Should You Wear Compression Socks?


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May 28, 2023

Should You Wear Compression Socks?

Canva/Verywell Compression stockings or socks are usually thought of as part of the standard “you’re getting older” toolkit, so you might be surprised to see them trending among the younger set on


Compression stockings or socks are usually thought of as part of the standard “you’re getting older” toolkit, so you might be surprised to see them trending among the younger set on social media. The tight socks are commonly seen in nursing homes and hospitals, but now they’re being showcased on TikTok and Instagram in bright colors and patterns.

Since compression socks are usually worn for medical purposes, should you get a pair if you don’t necessarily need them? Here’s what experts say.

Collin Johnston, DO, ABFM, a physician at Vein Envy, told Verywell that compression socks are meant to help get the blood flowing to the lower extremities—so, your legs and feet. Medical grade compression socks are different from normal socks in one important way: They gently squeeze the leg from the ankle up to improve blood flow.

Compression stockings come in different lengths, including below the knee, knee-high, thigh-high, and all the way to the waist, depending on what they’re being used for. Instead of putting the same amount of pressure through their length, the socks apply graduated pressure to keep your blood moving.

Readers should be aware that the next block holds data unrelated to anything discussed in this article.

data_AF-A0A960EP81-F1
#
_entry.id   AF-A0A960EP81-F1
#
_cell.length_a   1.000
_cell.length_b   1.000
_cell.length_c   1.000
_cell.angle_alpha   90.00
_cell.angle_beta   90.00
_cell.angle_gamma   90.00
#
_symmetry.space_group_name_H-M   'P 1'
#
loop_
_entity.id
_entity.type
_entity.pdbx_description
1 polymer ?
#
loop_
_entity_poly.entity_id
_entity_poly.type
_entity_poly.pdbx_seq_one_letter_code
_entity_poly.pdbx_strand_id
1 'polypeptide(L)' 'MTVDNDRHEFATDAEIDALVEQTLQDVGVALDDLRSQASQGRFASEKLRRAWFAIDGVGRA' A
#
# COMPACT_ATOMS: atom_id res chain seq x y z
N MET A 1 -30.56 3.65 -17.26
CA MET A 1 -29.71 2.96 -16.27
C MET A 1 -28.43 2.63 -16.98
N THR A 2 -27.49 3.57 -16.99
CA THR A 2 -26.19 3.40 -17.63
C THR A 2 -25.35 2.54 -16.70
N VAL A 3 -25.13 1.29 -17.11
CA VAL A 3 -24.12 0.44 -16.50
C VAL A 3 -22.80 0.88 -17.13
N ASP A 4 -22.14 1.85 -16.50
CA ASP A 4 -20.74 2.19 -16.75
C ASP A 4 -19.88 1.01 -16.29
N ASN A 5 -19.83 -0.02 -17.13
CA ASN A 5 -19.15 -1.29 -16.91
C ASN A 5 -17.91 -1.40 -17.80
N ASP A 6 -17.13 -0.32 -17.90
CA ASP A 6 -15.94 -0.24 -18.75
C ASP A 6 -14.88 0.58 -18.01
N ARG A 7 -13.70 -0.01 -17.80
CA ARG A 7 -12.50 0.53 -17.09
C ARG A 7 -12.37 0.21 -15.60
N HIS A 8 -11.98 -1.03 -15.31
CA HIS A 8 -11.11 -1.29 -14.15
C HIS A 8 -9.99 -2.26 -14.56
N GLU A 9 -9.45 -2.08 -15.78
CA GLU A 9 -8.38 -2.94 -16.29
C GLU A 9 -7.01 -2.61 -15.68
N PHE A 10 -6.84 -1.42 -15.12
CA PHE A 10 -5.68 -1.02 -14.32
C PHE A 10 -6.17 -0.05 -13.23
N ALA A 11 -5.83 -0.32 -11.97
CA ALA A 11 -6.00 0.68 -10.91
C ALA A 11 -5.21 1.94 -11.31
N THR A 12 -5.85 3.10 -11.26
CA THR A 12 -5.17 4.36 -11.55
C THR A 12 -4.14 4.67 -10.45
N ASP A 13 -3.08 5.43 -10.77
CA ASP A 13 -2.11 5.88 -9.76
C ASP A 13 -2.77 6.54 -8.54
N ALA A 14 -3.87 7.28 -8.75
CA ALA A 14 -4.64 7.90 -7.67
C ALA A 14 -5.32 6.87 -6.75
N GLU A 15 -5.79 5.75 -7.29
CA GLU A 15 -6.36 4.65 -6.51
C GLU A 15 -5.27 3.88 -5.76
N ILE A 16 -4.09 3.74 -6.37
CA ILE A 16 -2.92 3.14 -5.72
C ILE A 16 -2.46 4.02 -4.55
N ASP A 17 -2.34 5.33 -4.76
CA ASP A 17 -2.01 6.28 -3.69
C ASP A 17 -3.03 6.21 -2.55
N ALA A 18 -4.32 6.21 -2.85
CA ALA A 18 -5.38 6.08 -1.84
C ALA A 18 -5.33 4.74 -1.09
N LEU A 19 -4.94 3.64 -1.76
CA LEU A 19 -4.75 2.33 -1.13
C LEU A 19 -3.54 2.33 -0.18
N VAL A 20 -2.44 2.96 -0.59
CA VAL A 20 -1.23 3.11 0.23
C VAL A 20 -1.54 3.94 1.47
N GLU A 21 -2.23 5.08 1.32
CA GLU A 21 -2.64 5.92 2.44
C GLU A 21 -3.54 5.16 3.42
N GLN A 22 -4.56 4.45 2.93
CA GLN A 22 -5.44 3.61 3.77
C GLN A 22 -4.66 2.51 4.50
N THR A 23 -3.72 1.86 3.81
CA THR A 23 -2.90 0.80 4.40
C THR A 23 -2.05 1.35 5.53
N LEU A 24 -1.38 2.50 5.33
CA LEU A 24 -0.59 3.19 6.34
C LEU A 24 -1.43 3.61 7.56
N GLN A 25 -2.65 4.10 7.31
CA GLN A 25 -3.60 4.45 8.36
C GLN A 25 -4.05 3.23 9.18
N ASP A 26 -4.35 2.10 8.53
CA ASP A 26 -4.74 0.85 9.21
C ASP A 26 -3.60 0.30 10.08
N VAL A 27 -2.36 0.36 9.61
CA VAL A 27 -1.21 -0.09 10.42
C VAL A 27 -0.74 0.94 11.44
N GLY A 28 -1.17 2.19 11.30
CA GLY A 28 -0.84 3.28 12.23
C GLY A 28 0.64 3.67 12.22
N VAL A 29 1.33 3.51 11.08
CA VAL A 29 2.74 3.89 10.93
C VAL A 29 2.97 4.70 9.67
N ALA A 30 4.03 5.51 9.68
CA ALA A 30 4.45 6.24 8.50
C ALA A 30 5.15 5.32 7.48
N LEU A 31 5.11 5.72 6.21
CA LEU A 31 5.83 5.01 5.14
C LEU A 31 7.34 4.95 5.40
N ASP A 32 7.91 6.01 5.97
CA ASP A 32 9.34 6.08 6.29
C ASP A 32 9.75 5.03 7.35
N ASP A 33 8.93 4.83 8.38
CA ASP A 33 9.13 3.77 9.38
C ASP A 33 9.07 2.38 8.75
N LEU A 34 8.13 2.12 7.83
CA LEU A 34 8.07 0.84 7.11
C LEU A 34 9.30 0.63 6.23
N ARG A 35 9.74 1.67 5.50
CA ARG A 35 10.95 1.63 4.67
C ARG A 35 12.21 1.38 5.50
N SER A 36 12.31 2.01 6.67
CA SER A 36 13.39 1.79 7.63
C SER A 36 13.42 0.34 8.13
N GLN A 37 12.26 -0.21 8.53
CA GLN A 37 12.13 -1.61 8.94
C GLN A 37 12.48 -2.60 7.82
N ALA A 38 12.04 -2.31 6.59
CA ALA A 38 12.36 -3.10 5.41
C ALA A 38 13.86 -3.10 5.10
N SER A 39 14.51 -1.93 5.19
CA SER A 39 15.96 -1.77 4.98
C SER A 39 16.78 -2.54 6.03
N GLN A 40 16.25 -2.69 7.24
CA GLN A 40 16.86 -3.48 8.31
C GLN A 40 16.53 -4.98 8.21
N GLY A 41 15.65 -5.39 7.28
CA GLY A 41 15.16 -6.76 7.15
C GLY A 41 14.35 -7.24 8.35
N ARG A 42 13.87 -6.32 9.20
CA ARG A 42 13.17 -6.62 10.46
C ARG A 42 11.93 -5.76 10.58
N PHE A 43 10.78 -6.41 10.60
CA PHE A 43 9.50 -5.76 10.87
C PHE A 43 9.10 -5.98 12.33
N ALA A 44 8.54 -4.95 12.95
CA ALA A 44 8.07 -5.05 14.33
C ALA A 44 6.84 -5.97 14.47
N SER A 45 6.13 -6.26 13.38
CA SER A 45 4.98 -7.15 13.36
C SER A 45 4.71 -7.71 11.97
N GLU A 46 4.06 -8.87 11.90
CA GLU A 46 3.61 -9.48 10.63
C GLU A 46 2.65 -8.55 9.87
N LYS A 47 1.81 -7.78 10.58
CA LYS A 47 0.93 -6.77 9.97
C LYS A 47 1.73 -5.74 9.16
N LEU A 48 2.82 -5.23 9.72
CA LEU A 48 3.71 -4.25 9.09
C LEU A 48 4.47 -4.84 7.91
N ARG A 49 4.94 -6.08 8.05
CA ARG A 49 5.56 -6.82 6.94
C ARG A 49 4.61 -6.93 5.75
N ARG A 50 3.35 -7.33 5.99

“This compression helps tiny valves inside the vein function better and promotes the flow of blood back to the heart, preventing excessive pooling of blood in the lower extremities and even reducing the risk of blood clots,” Johnston said.

The amount of pressure is measured in millimeters of mercury (mmHg). Johnston said while the ideal level of compression is 20–30 mmHg, there are higher or lower levels available.

Jeffrey Apple, MD, FACS, a vascular surgeon at VeinSolutions, told Verywell that compression socks are most often used in two cases: to treat varicose veins and a condition when lymph fluid pools in the legs and causes swelling (lymphedema). Diabetes is one condition that can lead to this type of swelling. Compression stockings can also be prescribed for patients after vascular surgeries, too.

Most patients report that their legs feel ‘fresher’ and more energetic than when they don’t wear any form of compression.

“Stockings are also used as part of the healing process after certain varicose vein procedures like sclerotherapy, minimally invasive vein surgery, and endovenous ablation,” said Apple, adding that usually, patients should wear compression stockings for at least two weeks after their surgery, or for however long their provider tells them to during their recovery.

Compression socks are also used by people whose jobs keep them on their feet all day. KC Dwyer, a Registered Nurse (RN) and critical care nurse in Kansas City, told Verywell that compression socks are essential to their work wardrobe.